Sunday, December 04, 2005


Oh no, please save us from another TNG Trek film. The article says that Captain Picard -- er, Patrick Stewart, has had meeting about playing Picard once again.

I have no problems with Stewart's performance as Picard, but it's time to let the corpse of Trek cool a bit. Braga's gone now from involvement with the franchise; Berman may be next. The next film is purportedly going to feature an all-new, younger cast in a story set before the first (TOS) series. They should let the series go fallow after that.

In their latest Trek podcast, Lene and JK point out that when you look at the landscape of Trek today, it's the fans who are carrying the legacy, not the studio. Fanfiction continues to tell the stories of Trek and fan films are the only new "movies" being made at the moment.

But they also point to something that I think is the way of the future, albeit a limited one, for the franchise. They mention that TOS was the originator and that every series and film and novel since has merely been elaborating the original idea or exploring variations and nooks of the universe. I think they've hit it. That's why the fandom is still so vibrant, because they can go where the franchise won't -- into darker stories, wildly imaginative variants, love stories, grand action, back stories. The studio has placed so many limits on what Star Trek "can't" do, or what it has to do, that they can't tell a lot of those stories any more.

The way for Star Trek, unfortunately, is "forward into the past." They need to go to a format -- movies of the week, miniseries, direct to DVD, web downloads -- that allows stand-alone stories. Then they need to open the franchise to writers, directors and actors who have stories they want to tell. Let there be a "David Lynch Star Trek," tell the story of Spock's childhood, tell an all-Klingon story full of violence and drama, revisit the "Mirror, Mirror" universe. It's a chance for people to add yet more texture to the legacy. It's an opportunity to play with the assumptions and conventions of Star Trek.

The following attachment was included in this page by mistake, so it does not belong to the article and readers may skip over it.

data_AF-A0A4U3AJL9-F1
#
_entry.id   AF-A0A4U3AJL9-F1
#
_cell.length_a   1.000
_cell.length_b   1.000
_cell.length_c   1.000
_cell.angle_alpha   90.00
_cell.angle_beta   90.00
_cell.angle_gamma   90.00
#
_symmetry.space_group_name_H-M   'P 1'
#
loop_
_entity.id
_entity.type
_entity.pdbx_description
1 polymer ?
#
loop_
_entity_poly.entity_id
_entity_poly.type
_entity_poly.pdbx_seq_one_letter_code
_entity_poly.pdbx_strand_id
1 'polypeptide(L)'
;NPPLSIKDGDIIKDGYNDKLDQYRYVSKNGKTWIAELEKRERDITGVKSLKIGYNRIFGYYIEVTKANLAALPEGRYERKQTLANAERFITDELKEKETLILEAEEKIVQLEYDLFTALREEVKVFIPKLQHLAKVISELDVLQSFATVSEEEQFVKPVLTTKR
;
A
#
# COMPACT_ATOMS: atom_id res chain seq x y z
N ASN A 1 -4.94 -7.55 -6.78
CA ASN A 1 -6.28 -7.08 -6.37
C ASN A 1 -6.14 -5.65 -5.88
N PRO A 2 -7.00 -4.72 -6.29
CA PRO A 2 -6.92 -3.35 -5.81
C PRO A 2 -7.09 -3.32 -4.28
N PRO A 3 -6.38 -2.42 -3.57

The possibilities are enormous, but ultimately limited. The galaxy is vast, yes, but still a finite place. Even in Star Trek. I think the "ship and crew" thing is played out, at least as the franchise is handling it. Science has opened up whole new possibilities that the original series, and early TNG, have now locked out. Star Trek is no longer a likely future, just a quaint idea of what could have been, like Fifties' sci-fi with its needle-shaped rockets, BEMs, evil scientists and room-sized banks of computers.

Part of the problem is that science has out-stripped the imaginations of most Hollywood writers. The world a mere fifty years from now is not imaginable today, as the world of 1950 was to writers like H.G. Wells. Even professional science fiction writers today have a hard time trying to create a possible future farther than a mere twenty years down the road. Opening Star Trek to people who can create really outlandish stories ideas is good, but the franchise is locked into a vision that precludes most of them.

Star Trek needs to go away. Possibly forever. It's Final Frontier optimism speaks for itself. It's time for another view to come along. It's likely going to be dystopian right now, as that seems to be the cultural zeitgeist, but sooner or later the pendulum swings back. Another generation will find a way to speak to the future. Don't block them with old ideas taking away the production money.

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